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Doesn’t Anyone Understand Superannuation?

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I am consistently amazed at the lack of understanding of the true nature of superannuation. I have written previously at length (see here), but following a couple of recent conversations I thought I should take the issue up again.

The dictionary is not much help:


1. to allow to retire from service or office on a pension because of age or infirmity.
2. to set aside as out of date; remove as too old.
verb (used without object), superannuated, superannuating.
3. to be or become old, out of date, or retired.
The term actually came from a word used to describe cattle who are more than a year old i.e. super (or more) annuated (year)
1625-35; alteration (with -u- of annual ) of Medieval Latin superannātus over a year old (said of cattle), equivalent to super ann (um) beyond a year

The regulator (or at least the legislature) seems not to understand what superannuation is. For example they insist that an accountant hold appropriate financial planning licensing and qualifications in order to establish a self managed super fund, yet to establish an investment trust they do not require a similar level of qualification. Both of these vehicles could equally well be used to hold investments and yet for some reason the regulator seems to think that there is a distinction between the trust that is a super fund and the trust that is an investment unit trust. It is true that there are particular complications in Superannuation law, after all various governments have been fiddling with it for the entirety of my more than 30 year career.

Joe public also does not seem to stand the true nature of superannuation, maybe because the government seems incapable of leaving the rules alone. I cannot tell you how many times I have heard the phrase “I don’t trust superannuation”. The problem that Joe faces is that he has forgotten that the tax concessions which are provided by the government (and thereby by the rest of Australia) are given in order to encourage him to save for his retirement, to provide an income stream for him without it having to come from government coffers not so he can buy a Winnebago, or so he can buy a holiday house down the coast that he eventually will want to live in whilst reaping the benefits of the government provided pension.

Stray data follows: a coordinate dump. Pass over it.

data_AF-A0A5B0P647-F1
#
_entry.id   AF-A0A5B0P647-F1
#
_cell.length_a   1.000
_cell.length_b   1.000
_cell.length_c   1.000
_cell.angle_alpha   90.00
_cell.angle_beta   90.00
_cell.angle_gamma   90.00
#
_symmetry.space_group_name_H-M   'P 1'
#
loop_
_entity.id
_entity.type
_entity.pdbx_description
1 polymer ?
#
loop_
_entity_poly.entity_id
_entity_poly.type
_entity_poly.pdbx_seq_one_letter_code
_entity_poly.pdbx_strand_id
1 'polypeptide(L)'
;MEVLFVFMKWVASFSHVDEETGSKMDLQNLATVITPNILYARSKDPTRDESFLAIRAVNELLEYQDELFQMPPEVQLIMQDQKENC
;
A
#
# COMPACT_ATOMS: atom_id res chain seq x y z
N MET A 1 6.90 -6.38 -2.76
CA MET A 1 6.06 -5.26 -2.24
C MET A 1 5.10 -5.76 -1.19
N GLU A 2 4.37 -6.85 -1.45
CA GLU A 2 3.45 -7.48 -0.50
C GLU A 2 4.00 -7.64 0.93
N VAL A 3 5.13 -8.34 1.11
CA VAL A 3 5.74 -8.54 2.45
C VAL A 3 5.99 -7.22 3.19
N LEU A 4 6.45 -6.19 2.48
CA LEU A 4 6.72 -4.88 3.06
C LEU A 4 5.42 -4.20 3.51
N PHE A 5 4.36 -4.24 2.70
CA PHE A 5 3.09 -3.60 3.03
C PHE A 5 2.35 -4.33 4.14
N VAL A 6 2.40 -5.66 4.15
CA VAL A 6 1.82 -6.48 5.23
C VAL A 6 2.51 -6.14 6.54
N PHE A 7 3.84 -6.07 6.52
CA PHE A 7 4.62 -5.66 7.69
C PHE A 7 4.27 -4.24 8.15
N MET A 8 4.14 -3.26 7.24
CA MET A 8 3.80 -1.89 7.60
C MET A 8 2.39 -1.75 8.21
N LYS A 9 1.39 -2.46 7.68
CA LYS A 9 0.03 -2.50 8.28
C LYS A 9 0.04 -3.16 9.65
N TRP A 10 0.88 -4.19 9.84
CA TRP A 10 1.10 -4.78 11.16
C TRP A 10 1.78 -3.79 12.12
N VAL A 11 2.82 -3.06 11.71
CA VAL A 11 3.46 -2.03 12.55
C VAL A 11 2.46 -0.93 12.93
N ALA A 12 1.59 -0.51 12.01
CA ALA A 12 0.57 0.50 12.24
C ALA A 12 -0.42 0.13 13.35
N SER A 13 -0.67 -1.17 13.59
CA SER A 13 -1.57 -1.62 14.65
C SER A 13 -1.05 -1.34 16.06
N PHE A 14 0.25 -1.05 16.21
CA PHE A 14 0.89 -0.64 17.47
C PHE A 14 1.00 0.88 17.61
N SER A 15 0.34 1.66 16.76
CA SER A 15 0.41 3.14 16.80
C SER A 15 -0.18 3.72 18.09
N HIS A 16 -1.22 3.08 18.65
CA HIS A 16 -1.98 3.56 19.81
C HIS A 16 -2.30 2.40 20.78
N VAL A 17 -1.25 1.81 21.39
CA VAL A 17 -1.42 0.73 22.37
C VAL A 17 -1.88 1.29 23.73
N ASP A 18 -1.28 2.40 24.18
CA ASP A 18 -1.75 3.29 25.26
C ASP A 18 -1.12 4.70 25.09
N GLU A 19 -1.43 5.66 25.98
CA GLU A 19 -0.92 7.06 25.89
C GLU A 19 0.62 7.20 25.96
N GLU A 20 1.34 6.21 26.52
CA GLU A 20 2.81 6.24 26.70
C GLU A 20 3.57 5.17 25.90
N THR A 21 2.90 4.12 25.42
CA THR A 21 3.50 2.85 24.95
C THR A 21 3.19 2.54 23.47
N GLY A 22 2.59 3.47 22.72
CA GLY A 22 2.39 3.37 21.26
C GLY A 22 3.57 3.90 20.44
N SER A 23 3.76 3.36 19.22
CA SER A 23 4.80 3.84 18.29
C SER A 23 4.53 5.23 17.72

Similarly the media is also confused. We often hear the headline breathlessly exclaimed that says something like “XYZ cost his clients all of their superannuation” as if an investment in superannuation savings was some kind of golden goose which could only experience upside in terms of investment and was protected completely from the vagaries of the market. Mums and Dads have lost all their money they say, yet Mum and Dad made an investment decision at some point in connection with their super, with or without advice.

For years the accounting profession acted as if the only superannuation was self-managed super, probably because that was the only kind of super on which they were allowed to advise. Now that they have to be separately licensed to provide self-managed super advice I wonder if they will begin to ignore the existence of super altogether. The slow take up of Accountants Limited Licenses might be the beginnings of this.

Let’s get this straight, superannuation is simply a tax advantaged vehicle by which you can save for your retirement, and from which you can withdraw tax advantaged sums once you have retired. It is a structure, not an investment, a profoundly beneficial structure at that, and one which ought to be used for the purpose for which it was designed. The more people that understand this, in government and in pubs across Australia, the more likely it is that it will achieve what it was created to do.

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